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Chris Packham, 61, is best known for presenting Springwatch, Winterwatch, and Autumnwatch, but he has also spoken at length about being diagnosed later in life with Asperger’s Syndrome, and the impact of the condition. The TV personality has now admitted that as a teenager, there were several occasions when he wanted to “take his own life”.
He shared: “I never forget that I’m lucky to be here. Because I came very close to taking my own life on several occasions in my youth – when autism is most difficult to deal with – and even as an adult.
“Today there are teenagers who are sat alone in their bedrooms with no tunnel in view, let alone a light at the end of it.
“We have learned so much about the condition since I was growing up in the 1960s, yet young people are still suffering.
“That’s unconscionable,” he added to this week’s Radio Times.
Chris Packham previously spoke on the podcast How Do You Cope?… with Elis and John about certain implications of his condition.
The Springwatch star said that one of the difficulties is struggling to be “physically touched” by strangers, or even loved ones, including stepdaughter and BBC co-star Megan McCubbin, 27.
Chris shared: “I don’t like being physically touched by strangers, or even people I know to be quite honest.”
Speaking on showing affection to Megan when she was a child, Chris insisted that he knew it was important.
He said: “I cuddled her as a child, because I understood that was something I needed to do, but we don’t spend time embracing now.”
However, sometimes, Megan, who works on Springwatch with Chris, will spontaneously give him a hug and he finds it difficult to reciprocate the gesture.
The TV presenter added: “Sometimes if we haven’t seen each other for a while, she comes up and insists on giving me a big hug. I just sort of close my eyes and wince.”
Chris entered Megan’s life at an early age when she was only two-years-old, after he began dating her mum, Jo.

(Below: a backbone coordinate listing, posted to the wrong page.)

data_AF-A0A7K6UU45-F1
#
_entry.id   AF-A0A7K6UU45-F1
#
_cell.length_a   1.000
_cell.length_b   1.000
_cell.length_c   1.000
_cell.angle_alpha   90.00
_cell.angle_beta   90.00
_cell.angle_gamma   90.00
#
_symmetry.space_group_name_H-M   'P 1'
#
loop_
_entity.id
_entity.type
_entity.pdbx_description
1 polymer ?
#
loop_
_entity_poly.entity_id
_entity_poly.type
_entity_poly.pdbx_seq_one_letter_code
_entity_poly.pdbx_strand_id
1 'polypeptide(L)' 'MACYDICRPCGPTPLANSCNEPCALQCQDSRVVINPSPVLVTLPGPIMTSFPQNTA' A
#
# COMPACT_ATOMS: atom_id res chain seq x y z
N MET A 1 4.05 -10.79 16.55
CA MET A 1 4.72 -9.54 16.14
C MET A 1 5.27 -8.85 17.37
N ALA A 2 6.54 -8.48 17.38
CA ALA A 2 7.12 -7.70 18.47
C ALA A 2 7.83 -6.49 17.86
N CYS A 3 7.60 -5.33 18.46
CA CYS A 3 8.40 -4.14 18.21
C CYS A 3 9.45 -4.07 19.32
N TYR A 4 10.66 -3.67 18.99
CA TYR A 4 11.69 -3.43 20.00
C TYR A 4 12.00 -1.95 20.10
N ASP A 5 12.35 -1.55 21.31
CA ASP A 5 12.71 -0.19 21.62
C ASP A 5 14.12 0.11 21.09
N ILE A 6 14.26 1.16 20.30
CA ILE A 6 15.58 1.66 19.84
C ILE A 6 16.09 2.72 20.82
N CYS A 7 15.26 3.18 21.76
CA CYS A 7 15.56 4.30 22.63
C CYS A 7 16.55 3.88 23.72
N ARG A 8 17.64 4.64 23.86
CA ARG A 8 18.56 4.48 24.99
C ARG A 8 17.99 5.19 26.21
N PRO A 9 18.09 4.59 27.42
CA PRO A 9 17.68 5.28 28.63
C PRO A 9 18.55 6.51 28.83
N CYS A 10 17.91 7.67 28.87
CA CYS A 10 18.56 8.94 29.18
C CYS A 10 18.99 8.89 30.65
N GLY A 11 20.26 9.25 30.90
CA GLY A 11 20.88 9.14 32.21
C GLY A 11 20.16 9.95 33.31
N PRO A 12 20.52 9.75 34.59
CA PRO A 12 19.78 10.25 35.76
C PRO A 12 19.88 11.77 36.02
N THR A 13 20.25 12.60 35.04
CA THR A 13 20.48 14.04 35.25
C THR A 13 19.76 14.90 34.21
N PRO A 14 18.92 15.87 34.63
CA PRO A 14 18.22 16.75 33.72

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Although the couple split when Megan was 11, Chris and his stepdaughter have remained close.
Megan’s mum is a nurse, while Chris’ partner Charlotte Corny runs the Isle of White Zoo.
While isolating together during the Covid pandemic, the now-colleagues penned a book entitled Back to Nature: How to Love Life and Save it.
Chris lives in a cottage in the New Forest and was not formally diagnosed with Asperger’s until 2005.
His fascination with animals and the natural world paved the way to his television career, but was to an extent fuelled by the obsessive aspect that comes from Asperger’s, he has said.
The star is now very much content with who he is as a person and often advocates for those with learning difficulties.
The Springwatch star divulged: “If there were a cure for Asperger’s, I don’t know if I’d want it.
“Humanity has prospered because of people with autistic traits. Without them, we wouldn’t have put man on the Moon or be running software programs.
“If we wiped out all the autistic people on the planet, I don’t know how much longer the human race would last.”
If you or someone you know has been affected by this story, Samaritans (116 123) operates a 24-hour service available every day of the year.
Alternatively, you can find more information on the Samaritans website here.
Read the full interview in this week’s Radio Times – out now.
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